Critcal Review: What Contribution Do the Papers by Peter Earle and Elise Van Nederveen Meerkerk Make to the Historical Debate About Women’s Role in the Pre-Industrial European Labour Market?

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  • Topic: London, 2nd millennium, 18th century
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  • Published : January 24, 2013
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In this critical review I will compare the two texts by Peter Earle and Elise van Nederveen Meerkerk. The articles are about woman’s work in the 17th and early 18th century respectively about women’s work in the Dutch textile industry and female labour marked in London. The article by Earle (in 1989) is released before Meerkerk’s article (2006) and there are in Meerkerk analysis some pointing to Earle’s article.

I will start with a short presentation of each of the two articles, how and from what time data is collected, some of the findings and conclusion. And then what contribution their papers have made to the historical debate about women’s role in the pre-industrial labour market.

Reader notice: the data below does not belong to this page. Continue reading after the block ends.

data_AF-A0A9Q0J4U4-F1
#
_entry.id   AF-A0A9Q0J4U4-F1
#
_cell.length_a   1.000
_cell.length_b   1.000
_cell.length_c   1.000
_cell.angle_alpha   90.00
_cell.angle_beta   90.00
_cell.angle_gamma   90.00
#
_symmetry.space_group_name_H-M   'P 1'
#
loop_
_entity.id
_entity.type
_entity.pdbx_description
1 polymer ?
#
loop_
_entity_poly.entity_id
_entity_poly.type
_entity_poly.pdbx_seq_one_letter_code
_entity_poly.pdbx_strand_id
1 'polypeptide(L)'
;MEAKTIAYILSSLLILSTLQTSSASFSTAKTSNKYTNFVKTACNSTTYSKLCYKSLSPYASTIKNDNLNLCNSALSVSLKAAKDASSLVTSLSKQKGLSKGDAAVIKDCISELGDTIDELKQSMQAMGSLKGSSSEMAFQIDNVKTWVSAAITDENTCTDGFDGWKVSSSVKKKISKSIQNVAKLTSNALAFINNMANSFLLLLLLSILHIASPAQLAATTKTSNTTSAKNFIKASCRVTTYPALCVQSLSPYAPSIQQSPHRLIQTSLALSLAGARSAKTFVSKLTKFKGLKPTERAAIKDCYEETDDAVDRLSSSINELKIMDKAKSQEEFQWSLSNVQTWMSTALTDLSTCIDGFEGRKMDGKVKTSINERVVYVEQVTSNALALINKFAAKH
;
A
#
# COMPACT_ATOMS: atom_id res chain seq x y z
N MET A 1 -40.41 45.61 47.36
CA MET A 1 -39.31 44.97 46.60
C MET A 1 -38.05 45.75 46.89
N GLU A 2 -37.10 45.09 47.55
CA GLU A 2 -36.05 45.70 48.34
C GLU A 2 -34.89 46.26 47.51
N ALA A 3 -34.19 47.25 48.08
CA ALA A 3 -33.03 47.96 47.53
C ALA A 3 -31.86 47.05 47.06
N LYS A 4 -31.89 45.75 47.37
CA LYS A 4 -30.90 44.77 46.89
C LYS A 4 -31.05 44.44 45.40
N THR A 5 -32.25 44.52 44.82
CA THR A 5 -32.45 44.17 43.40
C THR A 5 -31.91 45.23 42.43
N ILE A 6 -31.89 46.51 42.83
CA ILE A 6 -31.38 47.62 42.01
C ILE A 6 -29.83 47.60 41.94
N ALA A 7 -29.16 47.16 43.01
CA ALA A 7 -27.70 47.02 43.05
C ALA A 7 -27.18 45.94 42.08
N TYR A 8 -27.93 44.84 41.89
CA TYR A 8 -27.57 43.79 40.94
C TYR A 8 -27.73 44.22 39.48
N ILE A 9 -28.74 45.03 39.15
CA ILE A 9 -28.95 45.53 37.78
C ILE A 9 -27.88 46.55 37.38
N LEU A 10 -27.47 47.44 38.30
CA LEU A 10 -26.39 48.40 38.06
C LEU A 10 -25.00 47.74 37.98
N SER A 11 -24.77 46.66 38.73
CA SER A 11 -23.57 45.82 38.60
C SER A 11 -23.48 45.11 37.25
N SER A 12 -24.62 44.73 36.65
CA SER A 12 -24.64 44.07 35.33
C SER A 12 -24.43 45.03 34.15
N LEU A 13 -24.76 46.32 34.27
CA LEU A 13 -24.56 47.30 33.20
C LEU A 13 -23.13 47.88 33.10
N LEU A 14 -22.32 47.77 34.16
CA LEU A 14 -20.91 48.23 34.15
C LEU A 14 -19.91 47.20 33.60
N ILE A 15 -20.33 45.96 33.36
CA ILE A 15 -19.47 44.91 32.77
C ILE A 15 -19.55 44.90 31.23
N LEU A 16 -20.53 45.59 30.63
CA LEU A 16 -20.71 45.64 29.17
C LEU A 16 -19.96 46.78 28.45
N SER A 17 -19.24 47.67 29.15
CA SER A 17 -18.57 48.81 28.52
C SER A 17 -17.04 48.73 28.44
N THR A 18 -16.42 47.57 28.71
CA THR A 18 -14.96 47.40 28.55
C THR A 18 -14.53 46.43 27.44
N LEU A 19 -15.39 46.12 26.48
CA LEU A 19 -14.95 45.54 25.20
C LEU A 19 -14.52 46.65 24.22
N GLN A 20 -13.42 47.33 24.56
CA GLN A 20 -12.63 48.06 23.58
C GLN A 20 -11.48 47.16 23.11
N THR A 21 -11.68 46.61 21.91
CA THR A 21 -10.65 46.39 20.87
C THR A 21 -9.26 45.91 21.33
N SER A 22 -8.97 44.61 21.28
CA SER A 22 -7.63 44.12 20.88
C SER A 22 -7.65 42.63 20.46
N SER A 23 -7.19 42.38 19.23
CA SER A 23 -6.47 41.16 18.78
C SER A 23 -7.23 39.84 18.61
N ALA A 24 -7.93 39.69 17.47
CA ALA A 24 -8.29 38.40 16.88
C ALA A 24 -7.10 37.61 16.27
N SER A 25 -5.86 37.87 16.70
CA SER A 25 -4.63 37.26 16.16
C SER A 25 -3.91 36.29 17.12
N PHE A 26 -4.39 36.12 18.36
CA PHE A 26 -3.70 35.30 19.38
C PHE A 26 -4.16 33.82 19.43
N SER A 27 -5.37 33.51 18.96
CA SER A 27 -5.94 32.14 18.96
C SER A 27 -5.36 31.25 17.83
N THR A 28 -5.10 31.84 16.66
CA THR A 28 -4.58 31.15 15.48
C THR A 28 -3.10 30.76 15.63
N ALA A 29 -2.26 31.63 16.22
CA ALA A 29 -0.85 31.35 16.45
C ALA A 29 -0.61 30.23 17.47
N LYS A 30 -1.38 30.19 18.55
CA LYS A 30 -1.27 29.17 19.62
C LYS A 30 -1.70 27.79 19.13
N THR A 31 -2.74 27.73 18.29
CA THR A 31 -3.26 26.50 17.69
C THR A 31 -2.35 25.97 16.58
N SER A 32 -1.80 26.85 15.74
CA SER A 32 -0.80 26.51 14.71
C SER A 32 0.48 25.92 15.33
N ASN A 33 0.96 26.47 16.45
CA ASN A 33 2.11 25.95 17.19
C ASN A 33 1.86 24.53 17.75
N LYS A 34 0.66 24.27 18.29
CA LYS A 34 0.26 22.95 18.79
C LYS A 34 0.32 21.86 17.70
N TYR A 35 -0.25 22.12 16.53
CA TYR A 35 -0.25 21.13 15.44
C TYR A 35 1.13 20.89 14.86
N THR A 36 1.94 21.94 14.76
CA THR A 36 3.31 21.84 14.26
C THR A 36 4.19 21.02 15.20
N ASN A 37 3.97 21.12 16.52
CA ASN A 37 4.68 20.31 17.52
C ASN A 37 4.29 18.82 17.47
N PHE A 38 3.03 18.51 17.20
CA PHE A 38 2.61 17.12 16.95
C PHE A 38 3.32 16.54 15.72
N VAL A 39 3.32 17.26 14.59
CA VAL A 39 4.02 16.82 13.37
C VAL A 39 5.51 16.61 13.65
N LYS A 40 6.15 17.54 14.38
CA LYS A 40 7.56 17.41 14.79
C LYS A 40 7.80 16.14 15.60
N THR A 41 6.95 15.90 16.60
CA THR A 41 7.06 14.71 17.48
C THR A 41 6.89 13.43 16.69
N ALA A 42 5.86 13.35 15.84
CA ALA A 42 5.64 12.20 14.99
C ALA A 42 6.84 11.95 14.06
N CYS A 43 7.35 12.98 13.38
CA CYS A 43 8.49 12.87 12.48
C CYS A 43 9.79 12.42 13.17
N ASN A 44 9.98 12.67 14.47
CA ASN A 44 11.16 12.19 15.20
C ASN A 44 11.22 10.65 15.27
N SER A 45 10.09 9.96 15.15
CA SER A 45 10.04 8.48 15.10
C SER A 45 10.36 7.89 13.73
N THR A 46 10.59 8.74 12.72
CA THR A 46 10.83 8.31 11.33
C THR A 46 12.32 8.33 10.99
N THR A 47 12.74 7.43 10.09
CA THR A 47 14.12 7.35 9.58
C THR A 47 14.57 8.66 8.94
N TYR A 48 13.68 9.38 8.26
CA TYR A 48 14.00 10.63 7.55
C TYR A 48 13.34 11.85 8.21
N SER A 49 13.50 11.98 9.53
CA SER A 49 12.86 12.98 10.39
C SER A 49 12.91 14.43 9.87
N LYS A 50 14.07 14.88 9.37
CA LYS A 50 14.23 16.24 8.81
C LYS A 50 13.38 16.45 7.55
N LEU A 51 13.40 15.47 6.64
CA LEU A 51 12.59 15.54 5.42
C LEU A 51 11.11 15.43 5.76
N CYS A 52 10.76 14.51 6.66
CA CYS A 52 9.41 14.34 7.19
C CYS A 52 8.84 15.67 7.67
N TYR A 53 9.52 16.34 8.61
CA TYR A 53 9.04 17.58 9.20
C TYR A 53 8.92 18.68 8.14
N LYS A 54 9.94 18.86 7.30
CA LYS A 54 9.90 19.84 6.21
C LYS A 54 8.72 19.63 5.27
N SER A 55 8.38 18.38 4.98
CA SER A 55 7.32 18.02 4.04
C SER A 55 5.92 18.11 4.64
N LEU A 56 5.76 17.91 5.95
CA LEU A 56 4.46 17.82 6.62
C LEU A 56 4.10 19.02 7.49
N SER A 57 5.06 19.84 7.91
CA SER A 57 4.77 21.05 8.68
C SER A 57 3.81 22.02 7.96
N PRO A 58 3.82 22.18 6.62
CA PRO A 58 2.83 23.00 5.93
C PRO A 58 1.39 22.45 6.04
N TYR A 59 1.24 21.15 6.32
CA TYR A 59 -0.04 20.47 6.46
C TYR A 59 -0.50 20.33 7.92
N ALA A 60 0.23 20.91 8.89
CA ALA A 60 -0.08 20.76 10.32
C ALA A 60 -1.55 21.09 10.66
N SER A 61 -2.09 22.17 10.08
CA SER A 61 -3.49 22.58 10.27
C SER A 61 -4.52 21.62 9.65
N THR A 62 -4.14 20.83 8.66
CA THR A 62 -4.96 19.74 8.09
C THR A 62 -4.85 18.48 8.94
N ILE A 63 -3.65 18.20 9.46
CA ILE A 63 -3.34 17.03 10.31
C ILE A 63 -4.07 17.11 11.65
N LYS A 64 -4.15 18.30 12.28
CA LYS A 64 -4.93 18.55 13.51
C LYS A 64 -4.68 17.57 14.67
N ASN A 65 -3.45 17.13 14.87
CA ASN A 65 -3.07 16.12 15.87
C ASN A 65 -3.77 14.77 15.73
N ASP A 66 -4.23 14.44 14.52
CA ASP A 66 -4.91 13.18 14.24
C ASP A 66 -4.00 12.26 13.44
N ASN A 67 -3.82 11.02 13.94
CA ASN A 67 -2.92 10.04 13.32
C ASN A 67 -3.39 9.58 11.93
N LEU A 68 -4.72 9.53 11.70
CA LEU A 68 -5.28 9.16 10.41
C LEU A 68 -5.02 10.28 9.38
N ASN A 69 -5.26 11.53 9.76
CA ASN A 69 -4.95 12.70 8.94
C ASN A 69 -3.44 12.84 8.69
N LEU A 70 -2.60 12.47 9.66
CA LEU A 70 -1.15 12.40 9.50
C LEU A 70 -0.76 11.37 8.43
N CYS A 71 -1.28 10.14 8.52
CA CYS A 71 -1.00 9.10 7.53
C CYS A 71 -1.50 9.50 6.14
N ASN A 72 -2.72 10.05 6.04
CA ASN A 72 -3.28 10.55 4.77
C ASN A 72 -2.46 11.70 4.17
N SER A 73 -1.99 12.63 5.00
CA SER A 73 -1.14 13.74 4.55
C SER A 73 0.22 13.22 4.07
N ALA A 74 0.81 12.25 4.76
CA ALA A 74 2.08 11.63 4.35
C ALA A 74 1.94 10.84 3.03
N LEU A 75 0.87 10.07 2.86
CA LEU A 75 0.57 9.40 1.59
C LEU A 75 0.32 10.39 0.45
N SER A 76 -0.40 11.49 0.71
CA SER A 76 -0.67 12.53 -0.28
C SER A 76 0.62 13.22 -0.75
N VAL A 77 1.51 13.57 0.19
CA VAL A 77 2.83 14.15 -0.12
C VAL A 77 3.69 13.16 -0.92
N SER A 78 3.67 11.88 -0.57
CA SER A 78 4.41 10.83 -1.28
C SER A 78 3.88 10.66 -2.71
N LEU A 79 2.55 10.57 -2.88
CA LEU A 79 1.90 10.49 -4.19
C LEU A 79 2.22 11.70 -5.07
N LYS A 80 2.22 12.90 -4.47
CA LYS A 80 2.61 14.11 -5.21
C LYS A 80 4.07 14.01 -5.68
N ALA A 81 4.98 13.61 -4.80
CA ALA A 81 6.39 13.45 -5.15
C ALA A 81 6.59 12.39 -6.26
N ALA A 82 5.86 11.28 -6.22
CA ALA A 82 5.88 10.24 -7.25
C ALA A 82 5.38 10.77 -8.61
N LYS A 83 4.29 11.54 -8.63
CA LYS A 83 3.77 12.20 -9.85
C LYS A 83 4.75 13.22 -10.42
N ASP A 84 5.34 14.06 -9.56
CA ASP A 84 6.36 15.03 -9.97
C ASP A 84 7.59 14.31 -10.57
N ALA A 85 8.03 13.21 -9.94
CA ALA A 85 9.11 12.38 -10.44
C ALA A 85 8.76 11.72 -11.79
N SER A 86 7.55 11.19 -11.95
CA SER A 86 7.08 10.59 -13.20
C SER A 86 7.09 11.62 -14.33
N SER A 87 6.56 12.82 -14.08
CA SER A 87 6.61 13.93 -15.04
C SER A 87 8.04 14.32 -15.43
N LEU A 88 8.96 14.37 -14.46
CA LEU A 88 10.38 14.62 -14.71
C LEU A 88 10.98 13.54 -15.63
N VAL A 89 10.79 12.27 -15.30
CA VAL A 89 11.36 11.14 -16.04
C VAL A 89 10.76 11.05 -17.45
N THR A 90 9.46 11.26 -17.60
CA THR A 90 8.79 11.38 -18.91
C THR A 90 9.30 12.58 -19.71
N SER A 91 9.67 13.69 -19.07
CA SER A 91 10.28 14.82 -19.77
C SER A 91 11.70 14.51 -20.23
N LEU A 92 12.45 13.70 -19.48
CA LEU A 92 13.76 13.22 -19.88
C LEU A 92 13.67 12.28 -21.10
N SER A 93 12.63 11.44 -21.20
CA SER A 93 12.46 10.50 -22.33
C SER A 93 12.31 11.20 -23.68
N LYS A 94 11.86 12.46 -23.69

Both Earle and Meerkerk refer to Alice Clarks pioneer study from 1919 about women’s work in production in pre-industrial time[1] [2]. Earle is more critical to her work than Meerkerk. Peter Earle is the first person after Alice Clark to look deep and critically into how women had it in the labour market in the 17th and 18th century. In his article Earle is saying “Indeed, it would be fair to say that we know virtually nothing about the female labour force in early modern London except in the most unstructured and superficial way[3]. An important note Earle makes in his introduction is that the arguments that Alice Clark put forward has more or less just became accepted and Peter Earle is the first one to test Alice Clark’s analyze[4]. A main thing Meerkerk and Earle are concentrating on is Clark statement that there where a ‘golden age’ for women in the 17th and 18th century.

What becomes clear in Meerkeerk article is that she is influenced by development in economic theory and social theory as well. The way Meerkeerk and Earle do their analyze is different. A major reason for that is that Meerkeerk is a social scientist while Earle is a ‘traditional empiricist historian’. What is easy to see is that Earle look at numbers much more than Meerkerk do, and while...
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